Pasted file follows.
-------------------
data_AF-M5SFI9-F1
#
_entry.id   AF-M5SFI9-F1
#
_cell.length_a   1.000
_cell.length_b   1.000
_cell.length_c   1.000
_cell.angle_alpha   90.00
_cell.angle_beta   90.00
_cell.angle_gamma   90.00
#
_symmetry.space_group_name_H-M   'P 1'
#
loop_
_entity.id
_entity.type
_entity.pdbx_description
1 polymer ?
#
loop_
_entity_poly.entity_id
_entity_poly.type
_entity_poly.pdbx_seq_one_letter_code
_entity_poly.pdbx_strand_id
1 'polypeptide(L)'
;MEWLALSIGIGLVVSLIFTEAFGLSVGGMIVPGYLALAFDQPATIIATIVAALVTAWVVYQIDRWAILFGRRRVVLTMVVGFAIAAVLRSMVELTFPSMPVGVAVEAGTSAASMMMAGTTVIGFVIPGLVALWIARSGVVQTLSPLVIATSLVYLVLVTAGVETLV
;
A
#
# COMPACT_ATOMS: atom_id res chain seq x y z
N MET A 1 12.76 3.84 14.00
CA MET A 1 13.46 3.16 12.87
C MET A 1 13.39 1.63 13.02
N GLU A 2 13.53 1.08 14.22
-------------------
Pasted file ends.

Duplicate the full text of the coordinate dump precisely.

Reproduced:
data_AF-M5SFI9-F1
#
_entry.id   AF-M5SFI9-F1
#
_cell.length_a   1.000
_cell.length_b   1.000
_cell.length_c   1.000
_cell.angle_alpha   90.00
_cell.angle_beta   90.00
_cell.angle_gamma   90.00
#
_symmetry.space_group_name_H-M   'P 1'
#
loop_
_entity.id
_entity.type
_entity.pdbx_description
1 polymer ?
#
loop_
_entity_poly.entity_id
_entity_poly.type
_entity_poly.pdbx_seq_one_letter_code
_entity_poly.pdbx_strand_id
1 'polypeptide(L)'
;MEWLALSIGIGLVVSLIFTEAFGLSVGGMIVPGYLALAFDQPATIIATIVAALVTAWVVYQIDRWAILFGRRRVVLTMVVGFAIAAVLRSMVELTFPSMPVGVAVEAGTSAASMMMAGTTVIGFVIPGLVALWIARSGVVQTLSPLVIATSLVYLVLVTAGVETLV
;
A
#
# COMPACT_ATOMS: atom_id res chain seq x y z
N MET A 1 12.76 3.84 14.00
CA MET A 1 13.46 3.16 12.87
C MET A 1 13.39 1.63 13.02
N GLU A 2 13.53 1.08 14.22